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How do I operate a business as a B1/B2 visa holder?

I am a 50+ Indian national. I am graduate of a U.S. university, and have visited the U.S. 4-5 times a year on business (B1/B2 Visa) for the past 20+ years. I have recently invested in an EB-5 project and I believe the wait time is 16-24 months. In the meantime, I plan starting a business in U.S. and would like to know if I can own and operate a business myself. Based on my own research, it appears that until my I-526 comes through( and I am at least granted a temporary green card), I have to operate through a qualified attorney or a secretary in the U.S. Is this legal & safe to do without jeopardizing my investment in the existing EB-5 project? Any guidance will be greatly appreciated.

Answers

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    Reza Rahbaran

    Immigration Attorney
    Answered on

    Your visitor visa does not authorizes you to work in the United States. However, you may be a business owner and hire a manager to run your business.

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    Shahzad Q Qadri

    RC Creator
    Answered on

    Your understanding is correct. You cannot work, or actively engage, in running the entity on a B-1/B-2. That is akin to working in the United States and will be a violation of the visa. You can certainly appoint an agent or hire employees who are eligible to work. Another option may be to try to get an L-1 visa pending the approval of your EB-5.

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    Fredrick W Voigtmann

    Immigration Attorney
    Answered on

    You can''t really start a business here on a B-1/B-2, which is only for temporary visits for business or pleasure. Even though you might be able to start the business, and not perform any services/employment and not receive any compensation such that you would be engaging in unauthorized employment (you would be merely a passive investor), it would seem that your intention would not be temporary/nonimmigrant. It is better to wait until you have an immigration status, i.e., green card, which is in line with your actual intent.

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    Jeffrey E Campion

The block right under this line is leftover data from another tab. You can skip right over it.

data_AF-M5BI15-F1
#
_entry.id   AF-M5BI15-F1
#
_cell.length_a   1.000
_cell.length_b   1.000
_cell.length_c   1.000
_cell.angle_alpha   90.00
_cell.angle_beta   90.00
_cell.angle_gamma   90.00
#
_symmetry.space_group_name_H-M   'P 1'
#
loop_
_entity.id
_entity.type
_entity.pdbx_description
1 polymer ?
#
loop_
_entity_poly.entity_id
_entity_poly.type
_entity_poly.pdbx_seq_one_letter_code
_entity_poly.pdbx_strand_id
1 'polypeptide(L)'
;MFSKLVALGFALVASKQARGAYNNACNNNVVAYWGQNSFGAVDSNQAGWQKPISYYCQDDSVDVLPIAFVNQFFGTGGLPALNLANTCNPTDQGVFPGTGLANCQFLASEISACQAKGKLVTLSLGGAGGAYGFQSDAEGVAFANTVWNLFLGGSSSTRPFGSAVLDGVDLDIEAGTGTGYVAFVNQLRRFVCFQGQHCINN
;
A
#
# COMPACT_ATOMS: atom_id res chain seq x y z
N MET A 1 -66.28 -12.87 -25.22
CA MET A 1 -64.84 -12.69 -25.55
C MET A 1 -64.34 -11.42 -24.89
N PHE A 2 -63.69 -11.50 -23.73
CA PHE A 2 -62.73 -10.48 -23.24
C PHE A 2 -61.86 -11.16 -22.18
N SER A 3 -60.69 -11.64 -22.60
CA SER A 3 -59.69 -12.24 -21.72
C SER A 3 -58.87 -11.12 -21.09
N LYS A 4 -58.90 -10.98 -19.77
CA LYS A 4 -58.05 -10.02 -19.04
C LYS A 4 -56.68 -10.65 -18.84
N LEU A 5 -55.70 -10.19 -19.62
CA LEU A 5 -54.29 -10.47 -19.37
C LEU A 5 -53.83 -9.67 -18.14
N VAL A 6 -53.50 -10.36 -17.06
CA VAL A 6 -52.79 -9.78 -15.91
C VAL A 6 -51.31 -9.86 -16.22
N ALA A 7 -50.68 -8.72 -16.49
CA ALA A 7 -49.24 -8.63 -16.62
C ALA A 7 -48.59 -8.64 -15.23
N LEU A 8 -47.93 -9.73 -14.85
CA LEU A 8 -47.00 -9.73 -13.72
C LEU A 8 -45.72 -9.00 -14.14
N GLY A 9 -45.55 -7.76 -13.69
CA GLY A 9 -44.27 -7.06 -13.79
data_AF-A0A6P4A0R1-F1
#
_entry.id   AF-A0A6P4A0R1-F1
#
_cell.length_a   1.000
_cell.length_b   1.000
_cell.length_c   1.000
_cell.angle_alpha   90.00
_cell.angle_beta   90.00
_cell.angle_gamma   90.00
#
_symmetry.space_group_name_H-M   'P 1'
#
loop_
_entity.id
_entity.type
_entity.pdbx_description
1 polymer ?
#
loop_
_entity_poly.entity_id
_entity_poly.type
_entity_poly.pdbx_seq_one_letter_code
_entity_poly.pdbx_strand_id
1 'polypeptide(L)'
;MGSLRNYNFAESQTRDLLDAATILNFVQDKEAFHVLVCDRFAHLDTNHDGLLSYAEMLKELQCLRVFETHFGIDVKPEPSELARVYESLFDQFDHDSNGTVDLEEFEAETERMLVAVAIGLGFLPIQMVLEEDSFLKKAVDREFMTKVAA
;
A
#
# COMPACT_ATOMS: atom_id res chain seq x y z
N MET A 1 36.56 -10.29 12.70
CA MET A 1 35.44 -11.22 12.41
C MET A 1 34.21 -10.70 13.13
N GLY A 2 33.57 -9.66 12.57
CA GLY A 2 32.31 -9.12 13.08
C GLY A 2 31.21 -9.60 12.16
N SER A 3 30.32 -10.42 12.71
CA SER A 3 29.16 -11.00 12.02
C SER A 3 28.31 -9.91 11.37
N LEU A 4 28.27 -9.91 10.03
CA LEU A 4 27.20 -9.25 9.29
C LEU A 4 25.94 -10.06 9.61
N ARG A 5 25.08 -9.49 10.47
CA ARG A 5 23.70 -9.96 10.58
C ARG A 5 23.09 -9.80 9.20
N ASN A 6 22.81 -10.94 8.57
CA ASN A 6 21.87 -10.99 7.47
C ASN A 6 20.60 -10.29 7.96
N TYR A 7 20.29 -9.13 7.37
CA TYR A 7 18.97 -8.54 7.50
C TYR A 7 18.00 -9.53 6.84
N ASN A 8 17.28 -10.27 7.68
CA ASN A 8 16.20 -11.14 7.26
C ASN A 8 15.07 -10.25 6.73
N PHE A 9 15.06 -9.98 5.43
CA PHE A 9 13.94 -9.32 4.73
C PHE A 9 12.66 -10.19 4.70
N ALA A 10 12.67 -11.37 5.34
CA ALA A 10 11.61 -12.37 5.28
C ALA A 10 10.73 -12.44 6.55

Immigration Attorney
    Answered on

    You cannot own and operate a business in the U.S. unless you have a visa that allows you to operate it. That being said, you could be an owner of a business and hire an operator. You could travel on your B-1 for business meetings and organizational issues, leaving the operations to the operator you hire.

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    Philip H Teplen

    Immigration Attorney
    Answered on

    Your question has many options and varies depending upon you current business goals and business status in India. I suggest that you call me to personally consult.

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    Salvatore Picataggio

    Immigration Attorney
    Answered on

    The issue you face here is dual intent. If you are already here on a nonimmigrant visa (the B), you had to have shown intent to leave the U.S. at the end of the period of authorized stay. If wish to apply for an immigrant visa (the EB-5) during that time, it contradicts that intent to depart and could cause issues. Looking at it from the other way, if you apply for the immigrant visa (EB-5), you can''t show the intent to depart the U.S. for a new B visa. Fortunately, having someone in the U.S. operate the business that you are investing in shouldn''t cause any issues with the pending I-526. However, it is best to retain qualified U.S. immigration counsel with EB-5 experience (like our law firm) to assist and represent you.

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    Ed Beshara

    Immigration Attorney
    Answered on

    During the I-526 process you cannot live and work in the U.S. under the B1-B2 status. You can visit the U.S. to enter into business agreements and visit places of interest under the B1/B2 status. Also during the I-526 process you do not obtain a temporary green card. The approval of the I-526 petition will be the basis for the investor to apply for the conditional permanent residency through the U.S. consulate. Once the conditional permanent residency is obtained then only at this stage you can live and operate a business in the U.S.

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    Lynne Feldman

    Immigration Attorney
    Answered on

    As I am sure you are aware, you may not work in your business on a B-1/B-2. I do not know if you are eligible for either an L-1A or E-2 without knowing more details, but this would be one way to work in the business while waiting for EB-5 (if you are eligible for the L-1A you may not need an EB-5 and can use the EB-1-3 for your green card). Otherwise the best strategy would be to hire a manager until you can be here. If you would like a consultation on your options call for an appointment. ation

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